We grow up hearing that we don’t get far in life without going the extra mile. That going above and beyond the call of duty is the way to be noticed, get ahead, and stand out, but is it really the best use of our time? This week I read an article called “Nobody Cares How Awesome You Are at Your Job” that made me re-think the assumption that exceeding expectations is always best. Here is what I discovered…
My Initial Reaction
In this article, the author cites a study in the Social Psychological and Personality Science journal that found people are disappointed when expectations aren’t met, but aren’t necessarily impressed when they are exceeded. The researcher makes a comparison to Amazon shipping- that if you order something with 4 day shipping and it arrives in 5, you’re upset, but if it arrives in 3, you aren’t impressed.
At first I was angry with this article. I thought the take-away message was that we should all strive for mediocrity, never try hard, and skate by on doing the least amount of work possible. But then I thought more about it.
Since when is fulfilling a promise mediocre? Since when is doing exactly what you say you’re going to do not good enough? Perhaps it’s this kind of “above and beyond” thinking that creates an unrealistic super hero mentality. That we are all capable of doing absolutely everything, and if we don’t, we’re letting people down. Perhaps it’s wonderful that we aren’t overly impressed with over-delivered promises, because simply fulfilling an expectation should be good enough.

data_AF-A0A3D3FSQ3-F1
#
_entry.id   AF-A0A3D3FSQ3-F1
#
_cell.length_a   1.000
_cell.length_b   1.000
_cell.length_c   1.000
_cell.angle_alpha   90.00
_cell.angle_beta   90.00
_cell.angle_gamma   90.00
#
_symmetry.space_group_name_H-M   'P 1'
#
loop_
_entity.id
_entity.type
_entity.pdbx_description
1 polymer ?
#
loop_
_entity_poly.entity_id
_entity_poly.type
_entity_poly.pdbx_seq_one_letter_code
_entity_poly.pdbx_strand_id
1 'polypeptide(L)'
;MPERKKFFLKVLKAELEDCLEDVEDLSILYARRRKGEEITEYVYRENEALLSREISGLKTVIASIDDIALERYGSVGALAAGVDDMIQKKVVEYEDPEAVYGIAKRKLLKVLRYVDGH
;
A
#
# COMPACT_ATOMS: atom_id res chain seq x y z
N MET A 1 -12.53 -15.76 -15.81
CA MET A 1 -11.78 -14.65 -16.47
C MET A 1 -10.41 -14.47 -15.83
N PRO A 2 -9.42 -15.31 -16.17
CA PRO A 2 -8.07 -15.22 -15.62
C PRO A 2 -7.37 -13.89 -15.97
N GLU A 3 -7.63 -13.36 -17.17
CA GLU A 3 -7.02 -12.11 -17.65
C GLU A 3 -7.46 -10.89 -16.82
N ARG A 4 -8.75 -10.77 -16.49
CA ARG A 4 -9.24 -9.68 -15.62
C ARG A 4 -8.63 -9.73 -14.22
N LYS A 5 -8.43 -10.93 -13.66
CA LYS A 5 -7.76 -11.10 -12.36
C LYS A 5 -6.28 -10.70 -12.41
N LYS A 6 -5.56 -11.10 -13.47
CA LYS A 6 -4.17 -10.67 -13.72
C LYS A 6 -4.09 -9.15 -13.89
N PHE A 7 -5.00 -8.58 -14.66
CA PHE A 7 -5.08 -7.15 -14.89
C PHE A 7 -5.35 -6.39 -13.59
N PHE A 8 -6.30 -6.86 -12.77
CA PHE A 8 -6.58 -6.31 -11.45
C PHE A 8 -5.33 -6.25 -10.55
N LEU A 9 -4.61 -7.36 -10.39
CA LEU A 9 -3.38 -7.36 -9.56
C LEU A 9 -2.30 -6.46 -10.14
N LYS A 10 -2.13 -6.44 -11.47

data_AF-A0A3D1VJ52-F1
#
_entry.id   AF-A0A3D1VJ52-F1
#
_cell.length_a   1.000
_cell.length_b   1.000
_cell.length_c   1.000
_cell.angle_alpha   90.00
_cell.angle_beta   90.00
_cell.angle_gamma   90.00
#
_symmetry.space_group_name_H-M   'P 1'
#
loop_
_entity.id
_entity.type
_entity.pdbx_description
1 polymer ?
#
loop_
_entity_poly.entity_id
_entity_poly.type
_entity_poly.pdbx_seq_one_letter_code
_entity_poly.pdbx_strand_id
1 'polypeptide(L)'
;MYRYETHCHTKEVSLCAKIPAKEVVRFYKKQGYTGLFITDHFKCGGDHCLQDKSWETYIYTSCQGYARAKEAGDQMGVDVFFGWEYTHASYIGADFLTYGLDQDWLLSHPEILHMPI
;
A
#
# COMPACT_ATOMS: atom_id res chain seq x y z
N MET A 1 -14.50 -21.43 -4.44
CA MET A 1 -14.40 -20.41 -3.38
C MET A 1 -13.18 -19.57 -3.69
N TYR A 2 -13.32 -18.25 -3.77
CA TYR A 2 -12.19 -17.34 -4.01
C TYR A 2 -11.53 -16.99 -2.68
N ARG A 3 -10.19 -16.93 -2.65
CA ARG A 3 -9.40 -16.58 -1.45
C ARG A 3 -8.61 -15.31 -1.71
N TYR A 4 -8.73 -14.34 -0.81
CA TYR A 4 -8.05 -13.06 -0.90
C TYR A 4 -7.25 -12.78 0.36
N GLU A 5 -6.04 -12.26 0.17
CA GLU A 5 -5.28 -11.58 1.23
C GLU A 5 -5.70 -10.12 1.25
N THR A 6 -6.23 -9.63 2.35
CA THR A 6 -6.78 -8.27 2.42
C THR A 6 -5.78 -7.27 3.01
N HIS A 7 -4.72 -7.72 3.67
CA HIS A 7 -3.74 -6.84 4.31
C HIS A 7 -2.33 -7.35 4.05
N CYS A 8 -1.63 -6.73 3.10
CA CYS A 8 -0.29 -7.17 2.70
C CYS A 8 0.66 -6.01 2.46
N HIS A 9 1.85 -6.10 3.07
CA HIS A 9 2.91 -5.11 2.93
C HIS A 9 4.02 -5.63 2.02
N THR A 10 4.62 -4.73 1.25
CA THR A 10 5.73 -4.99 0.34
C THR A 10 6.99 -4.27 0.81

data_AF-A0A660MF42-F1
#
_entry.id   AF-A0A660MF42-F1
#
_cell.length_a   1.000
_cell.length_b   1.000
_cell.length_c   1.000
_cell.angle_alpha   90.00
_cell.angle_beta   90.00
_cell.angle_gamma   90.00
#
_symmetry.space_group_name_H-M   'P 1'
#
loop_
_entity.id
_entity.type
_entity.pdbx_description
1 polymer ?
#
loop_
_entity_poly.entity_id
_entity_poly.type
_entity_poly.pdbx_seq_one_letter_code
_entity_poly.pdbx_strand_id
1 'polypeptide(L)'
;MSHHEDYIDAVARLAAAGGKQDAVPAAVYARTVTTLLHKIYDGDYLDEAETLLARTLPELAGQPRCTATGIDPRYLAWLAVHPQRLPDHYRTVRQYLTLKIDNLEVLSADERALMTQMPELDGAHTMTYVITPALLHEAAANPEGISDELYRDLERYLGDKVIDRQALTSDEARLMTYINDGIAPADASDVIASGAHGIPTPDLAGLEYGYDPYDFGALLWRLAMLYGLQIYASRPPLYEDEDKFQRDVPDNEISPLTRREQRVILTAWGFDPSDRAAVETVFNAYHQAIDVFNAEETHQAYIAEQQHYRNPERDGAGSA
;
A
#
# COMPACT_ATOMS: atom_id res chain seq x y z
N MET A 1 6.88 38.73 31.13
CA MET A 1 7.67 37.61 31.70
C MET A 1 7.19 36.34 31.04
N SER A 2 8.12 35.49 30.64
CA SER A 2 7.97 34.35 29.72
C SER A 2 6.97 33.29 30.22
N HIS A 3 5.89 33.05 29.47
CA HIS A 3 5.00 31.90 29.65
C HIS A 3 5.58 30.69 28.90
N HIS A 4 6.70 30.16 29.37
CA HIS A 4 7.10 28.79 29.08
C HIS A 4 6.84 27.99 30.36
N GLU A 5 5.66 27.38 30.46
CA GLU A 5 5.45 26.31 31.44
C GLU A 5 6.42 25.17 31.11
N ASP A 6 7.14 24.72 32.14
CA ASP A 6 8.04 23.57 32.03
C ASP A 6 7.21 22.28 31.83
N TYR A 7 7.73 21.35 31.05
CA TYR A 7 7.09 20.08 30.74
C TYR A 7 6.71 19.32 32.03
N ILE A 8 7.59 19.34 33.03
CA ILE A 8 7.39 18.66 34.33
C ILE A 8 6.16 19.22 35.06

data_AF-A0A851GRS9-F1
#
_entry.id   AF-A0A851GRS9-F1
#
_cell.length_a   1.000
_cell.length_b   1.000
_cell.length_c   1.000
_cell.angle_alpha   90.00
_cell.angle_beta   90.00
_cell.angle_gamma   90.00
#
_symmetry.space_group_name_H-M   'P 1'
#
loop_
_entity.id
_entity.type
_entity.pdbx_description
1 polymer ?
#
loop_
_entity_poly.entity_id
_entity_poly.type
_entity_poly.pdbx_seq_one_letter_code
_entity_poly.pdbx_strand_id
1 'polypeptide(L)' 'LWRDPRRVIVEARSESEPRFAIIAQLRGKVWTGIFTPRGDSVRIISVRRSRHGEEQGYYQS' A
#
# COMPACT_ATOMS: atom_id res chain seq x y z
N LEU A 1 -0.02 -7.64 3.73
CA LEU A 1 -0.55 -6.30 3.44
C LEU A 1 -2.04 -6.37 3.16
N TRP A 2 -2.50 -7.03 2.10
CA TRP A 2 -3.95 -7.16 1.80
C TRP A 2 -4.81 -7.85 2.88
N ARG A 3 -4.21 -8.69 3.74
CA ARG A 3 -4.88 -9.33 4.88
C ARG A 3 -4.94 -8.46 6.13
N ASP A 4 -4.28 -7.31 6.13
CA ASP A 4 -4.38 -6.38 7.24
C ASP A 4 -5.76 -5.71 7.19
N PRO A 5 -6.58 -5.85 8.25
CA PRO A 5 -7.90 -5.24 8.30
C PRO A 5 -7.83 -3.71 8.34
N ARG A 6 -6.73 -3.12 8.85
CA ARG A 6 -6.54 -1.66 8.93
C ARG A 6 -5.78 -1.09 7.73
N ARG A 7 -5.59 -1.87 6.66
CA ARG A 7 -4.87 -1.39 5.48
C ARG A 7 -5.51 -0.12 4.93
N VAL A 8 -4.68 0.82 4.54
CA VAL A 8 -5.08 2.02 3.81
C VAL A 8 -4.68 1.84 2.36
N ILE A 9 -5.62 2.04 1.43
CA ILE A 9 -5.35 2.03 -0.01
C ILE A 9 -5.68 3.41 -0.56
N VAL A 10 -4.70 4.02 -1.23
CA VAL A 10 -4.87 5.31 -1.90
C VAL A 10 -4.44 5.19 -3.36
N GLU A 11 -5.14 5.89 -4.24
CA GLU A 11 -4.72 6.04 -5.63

This super hero mentality also causes us to let some people down while we’re trying to overly impress others. We only have so much energy and so much time in the day, so if you’re spending more time than you should on one task, you’re probably not putting the necessary time into your other obligations. The people you’re letting down don’t really care that you over-delivered to someone else. Perhaps it’s best to make sure all of your obligations are met before trying to exceed any of them.
It Still Has a Place
Finally, I do believe that there is still a place for the extra mile. I like to go above and beyond for my friends when I know they aren’t expecting it, or when I’m particularly passionate about a project. However, when the “extra mile” becomes something we expect of ourselves all the time, it isn’t really an “extra” anymore. You’ve just made the journey longer.
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